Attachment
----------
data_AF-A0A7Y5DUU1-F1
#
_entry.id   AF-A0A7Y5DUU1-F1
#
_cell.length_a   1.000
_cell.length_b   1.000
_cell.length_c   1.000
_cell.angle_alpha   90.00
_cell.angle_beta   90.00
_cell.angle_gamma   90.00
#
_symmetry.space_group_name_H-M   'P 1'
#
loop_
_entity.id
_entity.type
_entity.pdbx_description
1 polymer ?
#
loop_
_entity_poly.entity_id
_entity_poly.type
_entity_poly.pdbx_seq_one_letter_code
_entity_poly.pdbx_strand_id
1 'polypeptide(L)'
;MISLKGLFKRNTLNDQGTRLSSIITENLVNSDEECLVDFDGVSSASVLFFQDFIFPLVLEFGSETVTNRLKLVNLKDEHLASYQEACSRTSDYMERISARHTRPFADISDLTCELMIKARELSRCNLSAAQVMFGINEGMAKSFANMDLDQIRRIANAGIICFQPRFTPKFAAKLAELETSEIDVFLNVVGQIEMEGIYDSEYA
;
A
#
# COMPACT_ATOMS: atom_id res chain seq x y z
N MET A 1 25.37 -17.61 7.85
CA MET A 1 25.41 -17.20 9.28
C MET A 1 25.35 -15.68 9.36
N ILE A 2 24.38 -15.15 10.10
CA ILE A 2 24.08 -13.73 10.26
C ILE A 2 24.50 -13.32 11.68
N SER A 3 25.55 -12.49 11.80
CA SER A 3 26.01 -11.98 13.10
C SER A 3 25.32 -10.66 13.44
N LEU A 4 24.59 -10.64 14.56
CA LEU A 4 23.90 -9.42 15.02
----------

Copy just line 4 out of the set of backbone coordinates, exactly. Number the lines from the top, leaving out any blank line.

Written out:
#